This is a special report on the United States military involvement in Africa. The report will explore the changing militant landscape of sub-Saharan Africa, American motives for creating military bases, and a look at where and how those bases are functioning.
Part 1 explores the evolving militant backdrop, the United States’ reaction and approach to those changes, and how the latest agreement with Niger places the U.S. strategically in the middle of the militant threat.
Africa: The new front against terror?
Since 2011, the United States has been involved militarily in 26 African countries. Some deployments have made headlines while others remain largely anonymous. Washington’s rumoured agreement with Niger to set up a new drone base in the country is only the latest instalment of a renewed foreign policy focus for the continent. The United States’ African concentration is multi-pronged with both short-term and long-term goals.
|U.S. Air Force MQ-9 Reaper UAV (Credit: AP/Lt. Col. Leslie Pratt, US Air Force)|
Washington, especially under the Obama administration, has increasingly relied upon drones to wage its conflicts in hard-to-reach places around the world. As a result, drone bases are springing up all over Africa as apparently part of an aggressive new strategy combating al Qaeda-affiliated groups.
The Obama administration prefers drones to other forms of warfare because using them limits both the potential for pilot deaths (and error) and collateral damage due to their heightened accuracy. Speaking to the Bloomberg press a few days ago, Bruce Hoffman, director of the Center for Security Studies at Georgetown University in Washington, said if the U.S. conducts drone strikes in Mali, it probably wouldn’t be controversial in the U.S. “Its boots on the ground that generates controversy,” he said.
Still, air power “can only go so far in these types of conflicts,” Hoffman said. “It’s still about winning over the local population and providing them security against terrorist retribution. That’s a French and Malian responsibility, not ours.”
Although it is unlikely Africa will become the so-called “new front” against terror groups, just when the threat of transnational terrorism finally shows signs of cooling, the region has nevertheless attracted the attention of Washington.
Militant groups such as al Shabaab in Somalia, Boko Haram in Nigeria, and al Qaeda in the Islamic Maghreb (AQIM) in both Algeria and Mali have each made headlines in the past few years conducting expanding operations throughout Africa. The infamous Joseph Kony, leader of the militant Lord’s Resistance Army in Uganda and the Central African Republic, was the effigy gleefully hated by idealistic teenagers for a few weeks back in early 2012. Kony himself is the focus of a cross-border manhunt led by American Special Forces units and local African forces.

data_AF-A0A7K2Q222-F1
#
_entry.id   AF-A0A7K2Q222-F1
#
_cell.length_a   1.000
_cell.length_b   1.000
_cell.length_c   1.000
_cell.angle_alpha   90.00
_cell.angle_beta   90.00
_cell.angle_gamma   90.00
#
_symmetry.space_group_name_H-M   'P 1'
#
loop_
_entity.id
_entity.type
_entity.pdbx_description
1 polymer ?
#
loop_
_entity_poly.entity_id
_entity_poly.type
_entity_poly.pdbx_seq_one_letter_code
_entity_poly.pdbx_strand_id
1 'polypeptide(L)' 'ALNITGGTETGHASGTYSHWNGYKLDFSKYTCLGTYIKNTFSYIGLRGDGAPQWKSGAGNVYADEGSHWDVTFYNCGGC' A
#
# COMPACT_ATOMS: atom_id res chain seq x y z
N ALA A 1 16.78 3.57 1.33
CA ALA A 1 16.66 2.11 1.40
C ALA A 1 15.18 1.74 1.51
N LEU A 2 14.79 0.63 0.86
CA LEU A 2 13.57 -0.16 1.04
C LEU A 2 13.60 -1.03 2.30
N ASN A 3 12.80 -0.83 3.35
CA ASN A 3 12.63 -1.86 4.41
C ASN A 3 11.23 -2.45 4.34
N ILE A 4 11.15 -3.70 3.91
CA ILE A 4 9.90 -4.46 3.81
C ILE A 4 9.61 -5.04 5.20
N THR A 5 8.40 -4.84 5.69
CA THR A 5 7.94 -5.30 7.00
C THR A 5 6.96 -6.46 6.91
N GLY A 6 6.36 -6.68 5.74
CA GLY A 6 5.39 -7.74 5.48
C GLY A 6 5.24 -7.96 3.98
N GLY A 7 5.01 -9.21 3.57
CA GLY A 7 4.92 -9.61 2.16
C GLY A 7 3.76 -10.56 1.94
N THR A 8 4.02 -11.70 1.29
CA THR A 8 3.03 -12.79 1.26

However, not all is straightforward. Washington is concerned if it gets too involved too early in the current Malian conflict, the various militant groups in Africa could link up and form some sort of “grand alliance of criminal and terrorist networks”, according to Jennifer Cooke, director of the Africa program at the Center for Strategic and International Studies. Like-minded Islamist groups would then range from the Gulf of Aden near Yemen all the way through to the West African coast, threatening the entire region’s stability.
A NATO study released in December 2012 outlined “clear indications” of increasing “collaboration and synchronization among the various violent extremist organizations” in Mali. Instability, if it proceeds and migrates from Mali, threatens to impact the oil and natural gas sectors in Libya, Nigeria, Ghana, and Algeria, a possibility the United States would wish to avoid.
But the militant threat is probably not in a positive feedback loop yet, and apart from a few anomalies, certainly is not a transnational threat. At least not in the way Washington is painting the danger. Not only do the groups lack the technical competency to conduct effective attacks halfway around the globe, the groups have local focus, preferring to concentrate their ambitions at their own government or neighbouring African governments.
|(dpa-infografik/dpa-Grafik/Newscom) via http://livewire.talkingpointsmemo.com|
This is not to say the United States will rapidly increase military presence on the continent or become embroiled in the various recurring African conflicts. The Obama administration has made it perfectly clear that U.S. foreign affairs policy will now be isolationist and non-interventionist, divorcing itself from the pre-emptive policies of the Bush-era presidency to avoid Afghanistan-esque mission-creep in conflict zones. And even though Africa is currently a small, but wise, investment militarily, committing too many troops and treasure in the continent is not in Washington’s interest at the moment. Keeping a low profile is, and drones are the current weapon of choice.
U.S. Defense Secretary Leon Panetta said in response to last week’s AQIM hostage drama in Algeria that it is America’s “responsibility to go after al Qaeda wherever they are,” pointing out hintingly that the Islamic terror franchise is right now crawling around North Africa and Mali.
As with the drone campaign in Yemen and Pakistan, for which the Obama administration has received much criticism, there is high probability the drones in North Africa could be the beginning of another open-ended campaign against militants.